New York's Smoking Ban Far From The First: Smoking Bans Throughout History
History.com - This week, New York became the latest U.S. city to forbid smoking in outdoor public spaces, including parks, beaches and pools. While we often think of bans and restrictions on cigarettes and tobacco products as a relatively recent phenomenon, such prohibitions have a long and complex history dating back to at least the late 16th century. Here are just a few of the many milestones in our ambivalent and ultimately devastating relationship with tobacco.
Urban VII may have had the shortest papacy of any pope--he died of malaria two weeks after the death of his successor--but he nonetheless managed to issue the first anti-smoking edict in history during his brief reign. Anyone who "took tobacco in the porchway of or inside a church, whether by chewing it, smoking it with a pipe, or sniffing it in powdered form through the nose" would risk excommunication. The law remained on the books in various forms until 1724, when Pope Benedict XIII, a smoker himself, repealed it.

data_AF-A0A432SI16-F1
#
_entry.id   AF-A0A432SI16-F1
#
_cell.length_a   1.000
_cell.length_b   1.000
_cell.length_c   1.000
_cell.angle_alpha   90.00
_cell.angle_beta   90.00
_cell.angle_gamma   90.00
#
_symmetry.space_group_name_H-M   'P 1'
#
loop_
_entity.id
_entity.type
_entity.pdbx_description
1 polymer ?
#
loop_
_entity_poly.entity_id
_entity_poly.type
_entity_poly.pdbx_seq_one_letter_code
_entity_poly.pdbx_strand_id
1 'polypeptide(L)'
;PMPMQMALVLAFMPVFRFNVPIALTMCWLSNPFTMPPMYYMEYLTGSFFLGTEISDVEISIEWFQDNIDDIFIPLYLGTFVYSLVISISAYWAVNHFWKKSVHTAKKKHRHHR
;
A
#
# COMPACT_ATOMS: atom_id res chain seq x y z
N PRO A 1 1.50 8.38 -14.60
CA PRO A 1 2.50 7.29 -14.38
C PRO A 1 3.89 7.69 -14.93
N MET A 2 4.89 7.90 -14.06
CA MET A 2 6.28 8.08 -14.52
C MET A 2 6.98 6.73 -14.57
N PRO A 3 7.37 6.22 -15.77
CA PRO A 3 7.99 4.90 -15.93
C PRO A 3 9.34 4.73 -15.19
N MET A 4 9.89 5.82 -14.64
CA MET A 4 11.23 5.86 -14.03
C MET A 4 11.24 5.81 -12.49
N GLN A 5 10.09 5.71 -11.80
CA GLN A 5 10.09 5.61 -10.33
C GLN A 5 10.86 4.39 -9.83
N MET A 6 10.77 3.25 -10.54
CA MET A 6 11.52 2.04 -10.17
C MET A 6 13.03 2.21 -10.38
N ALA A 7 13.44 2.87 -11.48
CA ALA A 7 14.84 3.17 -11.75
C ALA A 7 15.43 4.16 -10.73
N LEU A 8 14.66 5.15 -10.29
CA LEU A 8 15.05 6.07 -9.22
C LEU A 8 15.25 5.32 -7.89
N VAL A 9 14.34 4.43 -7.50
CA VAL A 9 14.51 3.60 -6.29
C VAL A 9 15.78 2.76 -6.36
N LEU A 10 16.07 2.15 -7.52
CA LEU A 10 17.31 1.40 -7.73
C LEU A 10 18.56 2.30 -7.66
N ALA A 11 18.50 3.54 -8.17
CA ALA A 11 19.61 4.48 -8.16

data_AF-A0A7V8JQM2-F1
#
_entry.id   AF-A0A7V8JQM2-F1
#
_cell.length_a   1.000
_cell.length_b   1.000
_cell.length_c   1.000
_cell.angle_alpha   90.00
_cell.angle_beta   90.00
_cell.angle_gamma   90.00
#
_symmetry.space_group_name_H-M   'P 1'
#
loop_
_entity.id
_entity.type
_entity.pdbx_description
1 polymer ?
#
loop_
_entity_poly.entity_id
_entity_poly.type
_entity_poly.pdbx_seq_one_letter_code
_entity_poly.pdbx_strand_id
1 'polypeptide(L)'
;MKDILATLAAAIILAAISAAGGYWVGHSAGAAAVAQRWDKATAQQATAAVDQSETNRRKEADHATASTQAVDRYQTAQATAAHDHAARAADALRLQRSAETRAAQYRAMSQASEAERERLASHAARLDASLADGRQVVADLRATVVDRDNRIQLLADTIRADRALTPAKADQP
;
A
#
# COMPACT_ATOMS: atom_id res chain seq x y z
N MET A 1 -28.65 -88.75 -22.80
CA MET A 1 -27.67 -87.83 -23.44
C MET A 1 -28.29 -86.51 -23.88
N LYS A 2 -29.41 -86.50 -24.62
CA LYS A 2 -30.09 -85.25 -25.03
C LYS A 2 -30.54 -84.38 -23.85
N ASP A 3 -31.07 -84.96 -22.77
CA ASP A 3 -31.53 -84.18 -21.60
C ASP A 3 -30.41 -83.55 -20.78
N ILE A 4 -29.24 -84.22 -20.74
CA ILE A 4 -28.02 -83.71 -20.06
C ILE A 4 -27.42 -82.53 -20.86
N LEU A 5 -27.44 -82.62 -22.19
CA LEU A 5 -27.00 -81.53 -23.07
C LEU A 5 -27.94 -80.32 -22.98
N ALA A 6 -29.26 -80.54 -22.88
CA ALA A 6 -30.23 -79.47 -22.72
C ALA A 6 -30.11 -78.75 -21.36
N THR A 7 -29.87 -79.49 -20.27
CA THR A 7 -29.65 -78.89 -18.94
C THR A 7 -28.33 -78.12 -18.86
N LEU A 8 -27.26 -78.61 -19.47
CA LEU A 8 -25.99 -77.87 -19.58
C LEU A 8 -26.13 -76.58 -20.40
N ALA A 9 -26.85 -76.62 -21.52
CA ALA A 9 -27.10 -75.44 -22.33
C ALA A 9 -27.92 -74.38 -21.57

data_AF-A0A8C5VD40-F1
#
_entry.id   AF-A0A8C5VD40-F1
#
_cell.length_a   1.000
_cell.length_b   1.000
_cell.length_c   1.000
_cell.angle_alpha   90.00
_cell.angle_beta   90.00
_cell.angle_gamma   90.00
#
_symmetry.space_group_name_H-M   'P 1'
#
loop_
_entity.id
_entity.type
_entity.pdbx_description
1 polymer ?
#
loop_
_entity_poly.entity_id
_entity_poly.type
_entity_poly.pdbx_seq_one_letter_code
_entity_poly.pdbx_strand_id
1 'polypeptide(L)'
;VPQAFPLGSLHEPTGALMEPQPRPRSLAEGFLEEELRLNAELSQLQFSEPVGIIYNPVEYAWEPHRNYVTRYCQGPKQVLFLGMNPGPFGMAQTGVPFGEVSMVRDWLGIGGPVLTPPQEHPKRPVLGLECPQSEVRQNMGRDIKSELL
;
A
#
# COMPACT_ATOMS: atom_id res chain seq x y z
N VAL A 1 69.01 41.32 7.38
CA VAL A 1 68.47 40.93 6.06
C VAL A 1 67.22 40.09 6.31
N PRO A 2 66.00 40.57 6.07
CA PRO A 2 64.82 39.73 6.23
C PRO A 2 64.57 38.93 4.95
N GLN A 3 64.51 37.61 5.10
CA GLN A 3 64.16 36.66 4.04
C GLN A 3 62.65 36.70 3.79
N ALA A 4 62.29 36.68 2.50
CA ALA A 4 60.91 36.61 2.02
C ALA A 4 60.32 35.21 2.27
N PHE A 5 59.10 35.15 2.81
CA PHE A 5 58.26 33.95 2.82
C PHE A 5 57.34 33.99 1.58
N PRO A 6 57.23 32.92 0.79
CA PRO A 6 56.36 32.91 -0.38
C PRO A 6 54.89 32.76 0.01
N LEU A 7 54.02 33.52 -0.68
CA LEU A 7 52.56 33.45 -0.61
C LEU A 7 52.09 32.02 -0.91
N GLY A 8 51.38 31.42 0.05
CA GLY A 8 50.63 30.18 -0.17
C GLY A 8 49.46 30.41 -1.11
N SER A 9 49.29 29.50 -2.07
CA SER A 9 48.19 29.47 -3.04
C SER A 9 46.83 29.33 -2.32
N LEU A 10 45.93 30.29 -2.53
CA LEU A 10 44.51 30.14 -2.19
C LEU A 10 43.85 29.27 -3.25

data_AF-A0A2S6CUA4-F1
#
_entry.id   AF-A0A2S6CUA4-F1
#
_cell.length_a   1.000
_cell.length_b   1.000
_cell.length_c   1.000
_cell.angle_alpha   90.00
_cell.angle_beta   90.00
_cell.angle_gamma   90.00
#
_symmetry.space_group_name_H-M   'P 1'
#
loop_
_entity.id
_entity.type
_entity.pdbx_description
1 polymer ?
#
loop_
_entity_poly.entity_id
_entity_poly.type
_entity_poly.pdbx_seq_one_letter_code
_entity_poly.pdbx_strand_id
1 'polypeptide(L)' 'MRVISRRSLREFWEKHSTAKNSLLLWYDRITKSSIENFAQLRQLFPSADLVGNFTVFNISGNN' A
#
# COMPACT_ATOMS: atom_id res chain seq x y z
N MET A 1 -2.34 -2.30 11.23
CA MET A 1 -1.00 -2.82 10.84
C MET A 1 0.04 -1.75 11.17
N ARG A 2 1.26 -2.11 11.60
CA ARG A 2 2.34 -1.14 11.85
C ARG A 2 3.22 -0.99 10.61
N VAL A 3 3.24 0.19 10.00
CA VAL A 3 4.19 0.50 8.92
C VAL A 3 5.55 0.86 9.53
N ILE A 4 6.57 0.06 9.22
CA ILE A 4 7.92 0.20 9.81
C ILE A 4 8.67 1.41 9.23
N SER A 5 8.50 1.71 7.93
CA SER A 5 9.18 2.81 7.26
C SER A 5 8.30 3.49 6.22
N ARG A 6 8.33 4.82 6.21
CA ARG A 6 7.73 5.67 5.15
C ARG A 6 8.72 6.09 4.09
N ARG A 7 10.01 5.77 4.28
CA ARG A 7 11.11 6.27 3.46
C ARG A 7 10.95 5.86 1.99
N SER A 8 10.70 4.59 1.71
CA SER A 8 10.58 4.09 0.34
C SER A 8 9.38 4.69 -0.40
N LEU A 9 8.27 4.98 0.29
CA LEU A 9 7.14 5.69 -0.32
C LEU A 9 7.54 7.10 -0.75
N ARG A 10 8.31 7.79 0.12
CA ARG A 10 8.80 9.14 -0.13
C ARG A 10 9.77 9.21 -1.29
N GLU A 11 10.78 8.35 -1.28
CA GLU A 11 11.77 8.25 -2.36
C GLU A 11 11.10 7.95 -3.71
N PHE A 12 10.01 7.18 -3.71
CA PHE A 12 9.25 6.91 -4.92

King Louis XIII of France restricted the sale of tobacco to apothecaries and required customers to furnish a legitimate prescription from a doctor. A snuff user himself, he repealed the restrictions two years later.
On March 9, 1914, the Senate unanimously agreed to outlaw smoking in its chamber. The ban was largely due to efforts by Senator Benjamin Tillman of South Carolina, who had sworn off tobacco and adopted a stringent health regimen after suffering a series of strokes. By that time, physicians had begun to raise concerns about the dangers of chronic smoking and the addictive nature of nicotine.